The origins of the Aisne-Marne canal can be traced back to the early 17th century Hugues Cosnier, the engineer behind the Briare canal, was tasked to create a small waterway between the important city of Reims and the nearby village of Sillery, around 8 kilometres south. Shortly after the French Revolution, during the period of the Directorate from 1795 to 1799, a certain Napoléon Bonaparte had the idea of connecting the Aisne and the Marne rivers. However, due to the difficult political context and a lack of interest in this idea, the canal never happened. Thirty years later, these two rivers were doubled by lateral canal: in 1841 for the Aisne, and in 1846 for the Marne. Meanwhile, there were renewed discussions on the possibility to connect these canals. This was an important question because Reims felt neglected by the waterway network. Located between the two canals, the city was only connected to them by the rivers Loivre and Vesle, but they were of insufficient capacity to support proper commercial traffic.
In 1838, a project to create four new canals in the North-East and South of the country was submitted to the government. It only retained two canals: the Garonne lateral and the Marne-Rhine canals. The project for an Aisne-Marne canal was once again brought forward, two years later. This time, it was accepted, and the construction could start in 1841. However, it proved to be much more complicated than expected.
While other similar canals took around a decade or less to be completed, the Aisne-Marne canal was finished 25 years later, in 1866. The soil was very weak, and the canal needed extensive masonry on much of its course. At Billy-le-Grand, there is a 2,302 metres-long tunnel. This structure too was difficult to construct, and it was completed in 1856. Once the canal was fully navigable, the tunnel required a steam chain-boat system for barges to pass through. This system was later replaced by an electric tractor.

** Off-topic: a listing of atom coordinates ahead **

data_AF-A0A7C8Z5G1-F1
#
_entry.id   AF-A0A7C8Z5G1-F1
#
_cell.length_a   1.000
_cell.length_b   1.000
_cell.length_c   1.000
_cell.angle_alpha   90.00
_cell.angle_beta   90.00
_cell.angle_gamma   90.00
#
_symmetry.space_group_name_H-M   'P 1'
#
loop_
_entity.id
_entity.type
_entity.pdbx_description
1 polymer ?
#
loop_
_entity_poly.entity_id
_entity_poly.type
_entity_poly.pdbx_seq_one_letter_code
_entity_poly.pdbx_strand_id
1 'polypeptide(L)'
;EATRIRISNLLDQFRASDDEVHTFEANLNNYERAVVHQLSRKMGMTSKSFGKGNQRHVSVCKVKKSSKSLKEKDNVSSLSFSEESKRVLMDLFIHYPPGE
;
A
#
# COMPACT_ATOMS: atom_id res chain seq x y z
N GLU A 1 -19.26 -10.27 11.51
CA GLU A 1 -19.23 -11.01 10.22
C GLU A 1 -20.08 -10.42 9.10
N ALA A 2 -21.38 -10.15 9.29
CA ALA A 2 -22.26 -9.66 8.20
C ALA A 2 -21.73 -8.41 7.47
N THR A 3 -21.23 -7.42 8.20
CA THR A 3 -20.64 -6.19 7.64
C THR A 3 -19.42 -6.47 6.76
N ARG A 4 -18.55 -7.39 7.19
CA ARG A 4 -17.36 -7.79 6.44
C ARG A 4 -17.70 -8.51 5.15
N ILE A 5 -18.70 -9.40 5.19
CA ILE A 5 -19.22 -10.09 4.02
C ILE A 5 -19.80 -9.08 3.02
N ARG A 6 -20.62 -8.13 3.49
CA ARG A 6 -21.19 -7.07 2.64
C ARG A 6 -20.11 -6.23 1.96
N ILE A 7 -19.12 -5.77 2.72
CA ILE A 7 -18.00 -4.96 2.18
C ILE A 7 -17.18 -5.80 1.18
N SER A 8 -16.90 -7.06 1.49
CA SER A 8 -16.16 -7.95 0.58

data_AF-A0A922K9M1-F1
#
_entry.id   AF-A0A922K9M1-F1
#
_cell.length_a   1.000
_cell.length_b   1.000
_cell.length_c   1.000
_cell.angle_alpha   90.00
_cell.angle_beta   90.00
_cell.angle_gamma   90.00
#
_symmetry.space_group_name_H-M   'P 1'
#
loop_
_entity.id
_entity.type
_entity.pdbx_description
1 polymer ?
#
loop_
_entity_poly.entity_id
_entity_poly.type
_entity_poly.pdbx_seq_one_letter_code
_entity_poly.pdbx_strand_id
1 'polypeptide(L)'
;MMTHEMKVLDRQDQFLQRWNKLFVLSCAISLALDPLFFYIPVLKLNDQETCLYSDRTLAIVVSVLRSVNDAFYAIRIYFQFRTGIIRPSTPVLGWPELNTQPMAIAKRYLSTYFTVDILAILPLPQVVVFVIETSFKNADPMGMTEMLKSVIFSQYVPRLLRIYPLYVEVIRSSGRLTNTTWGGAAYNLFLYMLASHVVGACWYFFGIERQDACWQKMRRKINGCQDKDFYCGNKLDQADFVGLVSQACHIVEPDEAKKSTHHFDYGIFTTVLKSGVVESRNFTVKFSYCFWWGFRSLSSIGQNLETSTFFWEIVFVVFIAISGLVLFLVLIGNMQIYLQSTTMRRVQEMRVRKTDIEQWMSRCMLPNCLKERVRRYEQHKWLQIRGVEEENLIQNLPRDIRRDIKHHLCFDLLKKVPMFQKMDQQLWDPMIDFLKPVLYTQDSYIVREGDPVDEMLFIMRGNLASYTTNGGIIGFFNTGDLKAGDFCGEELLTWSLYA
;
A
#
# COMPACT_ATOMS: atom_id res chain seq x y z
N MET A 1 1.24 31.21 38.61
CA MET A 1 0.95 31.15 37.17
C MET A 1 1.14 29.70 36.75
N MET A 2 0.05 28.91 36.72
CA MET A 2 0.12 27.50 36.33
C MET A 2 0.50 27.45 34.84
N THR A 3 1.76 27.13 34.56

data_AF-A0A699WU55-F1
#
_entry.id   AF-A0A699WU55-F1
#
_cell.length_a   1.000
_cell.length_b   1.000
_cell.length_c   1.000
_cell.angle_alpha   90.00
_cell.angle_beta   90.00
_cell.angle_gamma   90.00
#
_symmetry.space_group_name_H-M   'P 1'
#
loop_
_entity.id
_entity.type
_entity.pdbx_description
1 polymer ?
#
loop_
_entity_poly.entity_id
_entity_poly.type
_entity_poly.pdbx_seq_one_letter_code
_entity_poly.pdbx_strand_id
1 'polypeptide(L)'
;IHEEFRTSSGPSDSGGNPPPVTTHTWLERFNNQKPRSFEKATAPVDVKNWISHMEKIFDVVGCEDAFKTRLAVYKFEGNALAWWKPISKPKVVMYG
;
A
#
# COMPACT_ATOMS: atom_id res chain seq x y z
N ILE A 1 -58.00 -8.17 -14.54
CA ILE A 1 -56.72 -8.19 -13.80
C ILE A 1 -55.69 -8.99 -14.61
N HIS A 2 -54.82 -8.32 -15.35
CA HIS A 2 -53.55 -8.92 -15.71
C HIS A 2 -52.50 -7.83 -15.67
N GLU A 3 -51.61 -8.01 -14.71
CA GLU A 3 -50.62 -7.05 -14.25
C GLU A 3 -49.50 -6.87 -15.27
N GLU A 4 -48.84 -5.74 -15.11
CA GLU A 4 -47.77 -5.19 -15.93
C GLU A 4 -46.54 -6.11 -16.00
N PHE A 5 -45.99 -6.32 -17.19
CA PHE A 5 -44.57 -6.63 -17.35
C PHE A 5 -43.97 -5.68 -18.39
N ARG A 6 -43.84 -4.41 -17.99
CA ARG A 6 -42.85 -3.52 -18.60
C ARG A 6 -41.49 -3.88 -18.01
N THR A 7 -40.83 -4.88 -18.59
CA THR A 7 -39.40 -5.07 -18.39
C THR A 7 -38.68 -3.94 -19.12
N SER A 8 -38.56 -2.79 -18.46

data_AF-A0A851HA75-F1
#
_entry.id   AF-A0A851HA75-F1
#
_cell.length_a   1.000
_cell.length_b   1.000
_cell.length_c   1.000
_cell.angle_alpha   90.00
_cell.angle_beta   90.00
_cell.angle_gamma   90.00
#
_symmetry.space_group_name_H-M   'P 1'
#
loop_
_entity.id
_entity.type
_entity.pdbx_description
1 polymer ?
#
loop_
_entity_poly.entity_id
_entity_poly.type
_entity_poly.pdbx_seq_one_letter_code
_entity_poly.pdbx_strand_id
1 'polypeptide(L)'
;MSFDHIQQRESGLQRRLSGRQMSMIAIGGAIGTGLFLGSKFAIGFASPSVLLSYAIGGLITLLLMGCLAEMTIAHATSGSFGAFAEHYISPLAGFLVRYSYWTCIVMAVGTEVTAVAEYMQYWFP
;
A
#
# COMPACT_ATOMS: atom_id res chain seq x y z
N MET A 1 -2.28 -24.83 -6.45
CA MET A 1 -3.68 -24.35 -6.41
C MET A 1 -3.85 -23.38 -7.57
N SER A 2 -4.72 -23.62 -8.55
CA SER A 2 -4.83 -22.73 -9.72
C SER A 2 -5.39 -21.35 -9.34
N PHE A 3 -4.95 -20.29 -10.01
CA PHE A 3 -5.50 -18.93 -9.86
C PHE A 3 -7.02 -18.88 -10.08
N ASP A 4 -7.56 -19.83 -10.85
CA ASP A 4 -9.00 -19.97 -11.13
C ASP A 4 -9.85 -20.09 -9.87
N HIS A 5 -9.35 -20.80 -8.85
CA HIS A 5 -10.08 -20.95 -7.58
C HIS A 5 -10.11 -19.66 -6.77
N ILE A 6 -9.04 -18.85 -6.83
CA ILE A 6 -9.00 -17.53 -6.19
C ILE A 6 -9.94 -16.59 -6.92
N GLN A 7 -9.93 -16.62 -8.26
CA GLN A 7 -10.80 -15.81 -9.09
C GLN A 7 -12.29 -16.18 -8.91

Like most of the region, including local waterways, the First World War was extremely destructive. Canals and rivers were both obstacles and protections for the armies, thus they played an important strategic role. As the region was bombarded and its landscape turned into a moon-like terrain, these waterways suffered heavy damage. The Aisne lateral canal had to be almost entirely reconstructed after the war. Reims was an important target and was heavily bombarded, like its Cathedral Notre-Dame which was almost completely destroyed. The Aisne-Marne canal needed entire sections to be rebuilt. The Billy-le-Grand tunnel was cleverly used by French artillery as a hiding place. Indeed, some barges were equipped with canons. After firing, they could hide inside the tunnel to avoid being hit by counter-batteries.
A quiet cruising route, the Aisne-Marne canal is the perfect waterway to explore this region filled with history. WW1 history buffs will love the experience of exploring old battlefields and military cemeteries, while others will be enchanted to visit both old and recent churches. The green countryside offers many walking and cycling opportunities. At Reims, 18 kilometres of the old towpath have been turned into cycling and running tracks known as the Coulée Verte. The city of Reims is one of the most beautiful in the country. Once home to a Gallic people, Reims is famous for being the city where most French monarchs, from Clovis to Charles X, had their coronation ceremony. The Archbishop of Reims was one of the most important figures in France for centuries.